Raf Simons Announces the Closure of His Eponymous Label

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All clothing and accessories by Raf Simons. From left: Kiki and Jonas are wearing a wool peacoat from the Autumn/Winter 2019 collection. Jonas is wearing his own necklace (throughout)Photography by Willy Vanderperre, Styling by Olivier Rizzo

Taking to Instagram, the Belgian-born designer shares his namesake label is coming to an end, leaving behind echoes of speculation about what might be coming next

Yesterday evening, Belgian designer Raf Simons announced via Instagram that he is shuttering his eponymous label after almost three decades. “I lack the words to share how proud I am of all that we have achieved,“ the designer wrote on Instagram. “I am grateful for the incredible support from my team, from my collaborators, from the press and buyers, from my friends and family, and from our devoted fans and loyal followers. Thank you all, for believing in our vision and for believing in me.”

The news means that his Spring/Summer 2023 presentation – held last month in south-east London’s iconic Printworks venue – was his last ever show. ”This Simons show was a celebration of that, of our bodies, of youth, of dancing. Of the serotonin rush from letting go, and indulging yourself in pleasure. It’s needed sometimes – indeed, it does a body good,” wrote Alexander Fury of the show.

The news offers a chance to take stock of his final, euphoric show, which hosted 1,000 guests (many of whom were art students) to see his designs amidst pumping music and huddled crowds. Throughout Simons’ career, it’s been youth culture and rebellion – and the music that young people listen to – that he’s held dear. His first collections in the 1990s were presented via videotapes and featured young, street-cast models donning his designs. Since then, he has melded motifs and paraphernalia, album artwork and and film stills from grungy, teen-spirited cultural moments, compounding and incorporating them into intuitive, sensually cut clothing.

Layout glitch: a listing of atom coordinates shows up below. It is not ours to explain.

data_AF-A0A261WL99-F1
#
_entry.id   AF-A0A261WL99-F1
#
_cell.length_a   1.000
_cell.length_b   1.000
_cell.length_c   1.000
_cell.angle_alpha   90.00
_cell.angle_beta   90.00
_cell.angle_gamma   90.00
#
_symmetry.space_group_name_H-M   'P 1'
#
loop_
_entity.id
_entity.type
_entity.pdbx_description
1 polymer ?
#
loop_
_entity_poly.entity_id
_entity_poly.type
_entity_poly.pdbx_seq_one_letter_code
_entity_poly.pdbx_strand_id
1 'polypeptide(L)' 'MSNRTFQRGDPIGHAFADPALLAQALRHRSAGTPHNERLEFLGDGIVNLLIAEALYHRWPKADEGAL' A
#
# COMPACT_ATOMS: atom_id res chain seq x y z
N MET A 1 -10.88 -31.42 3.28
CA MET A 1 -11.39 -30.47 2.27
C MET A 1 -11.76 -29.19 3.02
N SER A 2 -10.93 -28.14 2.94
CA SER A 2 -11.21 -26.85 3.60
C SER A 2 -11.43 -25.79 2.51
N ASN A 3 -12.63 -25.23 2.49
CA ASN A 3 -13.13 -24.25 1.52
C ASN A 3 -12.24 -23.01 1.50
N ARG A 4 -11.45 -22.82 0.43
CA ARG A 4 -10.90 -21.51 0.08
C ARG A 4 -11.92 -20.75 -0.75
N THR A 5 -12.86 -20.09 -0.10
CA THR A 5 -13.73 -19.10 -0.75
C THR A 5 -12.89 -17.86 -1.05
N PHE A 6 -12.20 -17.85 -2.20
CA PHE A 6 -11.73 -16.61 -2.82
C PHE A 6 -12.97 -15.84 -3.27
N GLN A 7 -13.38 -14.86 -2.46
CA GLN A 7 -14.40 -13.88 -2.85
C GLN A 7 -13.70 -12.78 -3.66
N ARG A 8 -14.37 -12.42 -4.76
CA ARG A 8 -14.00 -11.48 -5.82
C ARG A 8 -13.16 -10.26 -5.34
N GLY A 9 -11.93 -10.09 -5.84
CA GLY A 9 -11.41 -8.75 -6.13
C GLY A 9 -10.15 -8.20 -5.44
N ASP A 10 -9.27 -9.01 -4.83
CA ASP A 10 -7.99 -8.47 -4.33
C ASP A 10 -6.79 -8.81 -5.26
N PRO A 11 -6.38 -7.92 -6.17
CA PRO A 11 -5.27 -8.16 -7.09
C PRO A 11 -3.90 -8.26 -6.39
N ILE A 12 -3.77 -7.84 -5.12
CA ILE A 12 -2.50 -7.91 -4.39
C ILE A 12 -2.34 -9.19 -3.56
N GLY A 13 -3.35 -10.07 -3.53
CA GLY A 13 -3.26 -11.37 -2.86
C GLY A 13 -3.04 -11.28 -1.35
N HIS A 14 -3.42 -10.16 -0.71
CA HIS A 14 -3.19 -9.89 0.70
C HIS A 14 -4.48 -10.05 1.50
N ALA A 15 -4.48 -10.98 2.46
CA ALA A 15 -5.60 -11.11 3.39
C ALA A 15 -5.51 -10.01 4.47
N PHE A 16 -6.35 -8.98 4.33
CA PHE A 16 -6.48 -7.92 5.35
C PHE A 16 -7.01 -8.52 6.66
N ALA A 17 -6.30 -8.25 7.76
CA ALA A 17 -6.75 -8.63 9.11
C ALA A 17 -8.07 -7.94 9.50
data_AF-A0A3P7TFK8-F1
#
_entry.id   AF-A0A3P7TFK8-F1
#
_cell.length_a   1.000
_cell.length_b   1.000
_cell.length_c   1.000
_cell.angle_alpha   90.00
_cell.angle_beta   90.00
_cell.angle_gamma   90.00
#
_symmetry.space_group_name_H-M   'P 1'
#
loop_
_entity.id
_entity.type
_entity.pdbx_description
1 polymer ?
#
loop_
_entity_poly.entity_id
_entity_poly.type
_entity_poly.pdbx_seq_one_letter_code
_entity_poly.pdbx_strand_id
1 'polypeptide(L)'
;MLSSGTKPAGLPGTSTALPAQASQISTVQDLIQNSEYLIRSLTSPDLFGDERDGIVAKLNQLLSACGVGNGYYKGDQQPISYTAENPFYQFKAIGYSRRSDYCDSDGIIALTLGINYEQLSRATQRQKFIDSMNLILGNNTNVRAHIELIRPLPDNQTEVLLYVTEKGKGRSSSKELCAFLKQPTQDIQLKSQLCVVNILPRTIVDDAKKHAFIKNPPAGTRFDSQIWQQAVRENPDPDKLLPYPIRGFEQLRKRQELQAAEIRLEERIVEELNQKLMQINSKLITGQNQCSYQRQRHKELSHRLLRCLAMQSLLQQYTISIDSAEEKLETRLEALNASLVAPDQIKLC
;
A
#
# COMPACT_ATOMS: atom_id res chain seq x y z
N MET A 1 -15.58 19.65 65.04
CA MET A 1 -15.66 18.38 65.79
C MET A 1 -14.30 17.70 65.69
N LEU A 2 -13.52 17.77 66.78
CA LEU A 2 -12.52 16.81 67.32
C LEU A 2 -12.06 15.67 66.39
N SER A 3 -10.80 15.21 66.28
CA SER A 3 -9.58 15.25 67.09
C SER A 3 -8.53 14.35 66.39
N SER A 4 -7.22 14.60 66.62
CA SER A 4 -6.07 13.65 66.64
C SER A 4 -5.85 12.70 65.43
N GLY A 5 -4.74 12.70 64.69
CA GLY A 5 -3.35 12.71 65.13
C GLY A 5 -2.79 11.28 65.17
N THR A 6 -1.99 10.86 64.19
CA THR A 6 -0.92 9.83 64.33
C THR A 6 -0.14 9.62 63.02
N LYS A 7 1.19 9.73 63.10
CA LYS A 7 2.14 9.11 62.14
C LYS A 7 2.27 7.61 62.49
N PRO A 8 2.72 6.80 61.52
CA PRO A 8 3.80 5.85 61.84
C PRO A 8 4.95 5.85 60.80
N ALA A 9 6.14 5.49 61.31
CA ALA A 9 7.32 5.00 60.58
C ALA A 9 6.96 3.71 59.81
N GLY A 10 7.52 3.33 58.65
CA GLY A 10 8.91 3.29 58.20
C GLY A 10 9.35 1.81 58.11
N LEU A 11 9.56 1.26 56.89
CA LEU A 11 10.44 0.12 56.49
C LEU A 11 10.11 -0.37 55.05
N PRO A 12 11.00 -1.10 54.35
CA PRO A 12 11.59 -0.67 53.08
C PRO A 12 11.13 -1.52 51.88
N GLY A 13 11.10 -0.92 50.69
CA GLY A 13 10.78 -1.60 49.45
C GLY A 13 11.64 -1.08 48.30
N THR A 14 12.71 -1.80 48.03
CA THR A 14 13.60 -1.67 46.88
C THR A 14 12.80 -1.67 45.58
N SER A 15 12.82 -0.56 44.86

Prior to his career in fashion, Simons earned a degree in Industrial Design and Furniture Design from the LUCA School of Arts in Genk – in part spurring his recent interiors collection with Kvadrat – and also interned at the design studio of Antwerp Six designer Walter Van Beirendonck. 

Revered by the fashion press early on for his explorations of masculinity, taste and politics, in 2005 Simons was appointed as creative director of Jil Sander, designing sensitive, minimalist womenswear for the first time. Later in 2012, Simons succeeded John Galliano at the helm of Dior womenswear, designing ready-to-wear and haute couture. The seminal 2014 documentary Dior and I traced the designer’s creative process at the house during a time of intense pressure and stress. Since, Simons has commented on the unmanageable speed of the industry, with reference to the churning out of collections at a rapid pace. 

The announcement has spurred an outpouring of support on Instagram from the likes of Willy Vanderperre, Pieter Mulier and more. No reason for the closure has been announced, though there is speculation that he will be funnelling his time into his co-creative directorship at Prada, alongside Miuccia Prada.